Re: Water storage: Forgive me if this is covered elswhere bu

    I have one of those, but it is a different brand. The plastic is pretty thin, but since you won't be moving it, it really doesn't need to be that thick. I opened the box to check it out, but it is sealed in the box under the sink, ready to be filled if needed.
     
  12. ghrit

    ghrit Ambulatory anachronism Administrator Founding Member

    Re: Water storage: Forgive me if this is covered elswhere bu

    Hm. There is a case to be made for snagging a used tub off the side of the road and put it in the garage or basement.

    Fritz, did it come with a patch kit?
     
  13. sniper-66

    sniper-66 Monkey+++ Moderator Emeritus Founding Member

    Re: Water storage: Forgive me if this is covered elswhere bu

    Completely agree, that is why I have a water purifier sitting atop my stored water. Boiling is the best method for disinfection, no poisons or nasty aftertaste like Iodine. We make our aviators, once a year, drink a dixie cup of iodine treated water so that the first time they taste it isn't in a survival situation.
    You are correct, any water can be or get contaminated, but with pop bottles, you have sugar, a prime food for bacteria. Bacteria will only thrive in an environment that contains enough food to allow propegation.
     
  14. Tango3

    Tango3 Aimless wanderer

    Re: Water storage: Forgive me if this is covered elswhere bu

    been think ing about the trash can idea with a55 gal plastic "drum liner" bag inside myself, infact you could store two empty trash bins stacked until needed,then fill, we have a laundry sink in the basement with a short hose on the faucet and of course concrete slab floor to support the weight, wouldn't do two barrels upstairs on joists..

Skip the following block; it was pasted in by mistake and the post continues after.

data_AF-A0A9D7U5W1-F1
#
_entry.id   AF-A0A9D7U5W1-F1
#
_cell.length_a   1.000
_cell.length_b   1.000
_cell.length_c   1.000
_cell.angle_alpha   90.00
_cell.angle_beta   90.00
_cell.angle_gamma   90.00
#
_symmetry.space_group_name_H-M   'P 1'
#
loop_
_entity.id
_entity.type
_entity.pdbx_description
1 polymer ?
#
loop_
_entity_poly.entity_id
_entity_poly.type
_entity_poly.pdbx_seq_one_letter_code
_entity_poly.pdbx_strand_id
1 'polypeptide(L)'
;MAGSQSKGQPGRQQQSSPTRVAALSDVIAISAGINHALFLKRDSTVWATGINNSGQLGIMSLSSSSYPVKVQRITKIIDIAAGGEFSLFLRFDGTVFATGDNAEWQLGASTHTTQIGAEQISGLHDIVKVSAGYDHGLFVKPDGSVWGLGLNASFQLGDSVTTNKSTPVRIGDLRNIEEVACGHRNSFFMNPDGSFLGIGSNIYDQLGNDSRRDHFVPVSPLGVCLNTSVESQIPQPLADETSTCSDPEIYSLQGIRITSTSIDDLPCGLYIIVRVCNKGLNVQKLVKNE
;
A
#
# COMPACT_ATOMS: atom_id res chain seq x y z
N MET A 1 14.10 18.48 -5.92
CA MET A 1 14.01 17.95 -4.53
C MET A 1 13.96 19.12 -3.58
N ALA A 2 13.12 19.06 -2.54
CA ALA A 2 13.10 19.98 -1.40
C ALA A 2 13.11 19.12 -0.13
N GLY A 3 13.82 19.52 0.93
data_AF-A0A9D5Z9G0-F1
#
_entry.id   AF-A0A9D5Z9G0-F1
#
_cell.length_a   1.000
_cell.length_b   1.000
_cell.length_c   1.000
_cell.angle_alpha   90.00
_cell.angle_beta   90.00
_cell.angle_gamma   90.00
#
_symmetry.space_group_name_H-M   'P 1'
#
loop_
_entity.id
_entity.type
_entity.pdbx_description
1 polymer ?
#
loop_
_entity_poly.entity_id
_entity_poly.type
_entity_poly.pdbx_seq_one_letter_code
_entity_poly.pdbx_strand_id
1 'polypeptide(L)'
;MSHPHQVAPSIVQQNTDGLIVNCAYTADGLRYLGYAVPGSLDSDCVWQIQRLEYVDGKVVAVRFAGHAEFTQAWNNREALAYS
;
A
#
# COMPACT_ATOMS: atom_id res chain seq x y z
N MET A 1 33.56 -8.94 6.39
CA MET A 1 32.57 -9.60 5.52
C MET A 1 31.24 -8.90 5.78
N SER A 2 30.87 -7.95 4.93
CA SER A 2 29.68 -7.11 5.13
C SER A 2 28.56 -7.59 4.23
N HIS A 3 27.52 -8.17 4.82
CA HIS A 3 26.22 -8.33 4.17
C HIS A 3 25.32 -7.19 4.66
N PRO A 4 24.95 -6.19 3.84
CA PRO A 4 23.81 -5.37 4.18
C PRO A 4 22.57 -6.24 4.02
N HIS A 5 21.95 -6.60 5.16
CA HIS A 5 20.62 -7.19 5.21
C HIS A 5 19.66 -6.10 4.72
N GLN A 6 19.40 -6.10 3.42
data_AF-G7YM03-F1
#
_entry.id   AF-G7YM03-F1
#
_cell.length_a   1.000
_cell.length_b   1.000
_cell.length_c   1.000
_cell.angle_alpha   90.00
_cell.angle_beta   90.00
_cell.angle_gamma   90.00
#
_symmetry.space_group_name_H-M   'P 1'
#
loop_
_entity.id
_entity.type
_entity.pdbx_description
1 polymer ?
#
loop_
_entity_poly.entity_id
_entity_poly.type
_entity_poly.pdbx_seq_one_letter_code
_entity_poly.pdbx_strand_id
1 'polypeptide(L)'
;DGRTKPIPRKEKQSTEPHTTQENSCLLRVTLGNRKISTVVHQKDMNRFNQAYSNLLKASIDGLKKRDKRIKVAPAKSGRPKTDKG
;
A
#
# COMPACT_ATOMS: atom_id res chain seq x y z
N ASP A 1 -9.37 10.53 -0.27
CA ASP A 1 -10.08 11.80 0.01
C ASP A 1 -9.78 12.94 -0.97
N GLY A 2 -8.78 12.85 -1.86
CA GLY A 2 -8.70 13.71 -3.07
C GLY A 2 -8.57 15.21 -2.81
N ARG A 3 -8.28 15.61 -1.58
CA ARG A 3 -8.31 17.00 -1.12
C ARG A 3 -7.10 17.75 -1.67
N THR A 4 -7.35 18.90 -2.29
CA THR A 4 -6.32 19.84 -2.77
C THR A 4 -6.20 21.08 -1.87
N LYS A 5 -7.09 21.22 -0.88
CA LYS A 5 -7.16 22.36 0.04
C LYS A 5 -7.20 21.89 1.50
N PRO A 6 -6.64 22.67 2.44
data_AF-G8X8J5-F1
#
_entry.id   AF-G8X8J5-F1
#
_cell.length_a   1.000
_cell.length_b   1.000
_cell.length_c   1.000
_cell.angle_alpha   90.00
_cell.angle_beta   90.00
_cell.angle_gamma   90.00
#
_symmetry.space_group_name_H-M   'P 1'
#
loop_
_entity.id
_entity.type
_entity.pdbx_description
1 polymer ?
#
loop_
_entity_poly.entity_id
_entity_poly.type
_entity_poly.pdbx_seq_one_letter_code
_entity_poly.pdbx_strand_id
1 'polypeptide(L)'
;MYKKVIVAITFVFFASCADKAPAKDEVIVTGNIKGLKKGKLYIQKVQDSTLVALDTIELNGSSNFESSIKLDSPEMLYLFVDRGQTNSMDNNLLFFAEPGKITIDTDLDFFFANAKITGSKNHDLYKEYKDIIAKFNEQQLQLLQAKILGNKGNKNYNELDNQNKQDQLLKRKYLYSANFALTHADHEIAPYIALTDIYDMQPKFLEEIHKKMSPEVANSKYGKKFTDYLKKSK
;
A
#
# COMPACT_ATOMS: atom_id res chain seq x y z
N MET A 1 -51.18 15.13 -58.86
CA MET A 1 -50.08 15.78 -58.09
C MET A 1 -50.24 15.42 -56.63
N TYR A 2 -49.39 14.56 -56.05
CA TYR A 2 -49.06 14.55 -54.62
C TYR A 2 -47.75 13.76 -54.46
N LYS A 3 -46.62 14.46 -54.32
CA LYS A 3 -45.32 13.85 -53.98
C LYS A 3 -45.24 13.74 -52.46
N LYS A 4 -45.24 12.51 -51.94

Water also makes some of the best radiation shielding material, saw a civil defense video on basement shelters where they used cardboard boxes lined with trash bags and filled them with water as part of the protective roof mass of the small improvised shelter.

    we'vestill got the original well and pump in place for "watering the grass"even though our area converted to "city" water and sewer long before we bought the house...justgotta come up with a non electricity dependant pump or a Genny
     
  15. sniper-66

    sniper-66 Monkey+++ Moderator Emeritus Founding Member

    Re: Water storage: Forgive me if this is covered elswhere bu

    Trash bags are very porous and poorly made for water drinking purposes. Any water you drink from them needs to be filtered to keep from ingesting the plastic residue that sluffs off.
     
  16. ghrit

    ghrit Ambulatory anachronism Administrator Founding Member

    Re: Water storage: Forgive me if this is covered elswhere bu

    True enough. And there are plastics that are not food rated, meaning there could be leachable toxics involved, as well as taste and odor issues. However, for washing and flushing, the trash bag in a barrel has merit, if the trash barrel is not already tight. I've considered one or two barrels in the basement, just have not yet done it. Bear in mind that leaks can and will happen, and a sump pump or ready drainage would be good to have.

    seesaw

    BTW, the plastic trash barrels I've seen so far are not really strong enough to take the full-of-water hydraulic pressure for very long. The plastic yeilds, the barrel bulges, and finally splits. Go heavy duty if you go plastic, or wet floors are in your future.
     
  17. Tango3

    Tango3 Aimless wanderer

    Re: Water storage: Forgive me if this is covered elswhere bu

    Thanks, perhaps just galvanized steel and a drum liner, :)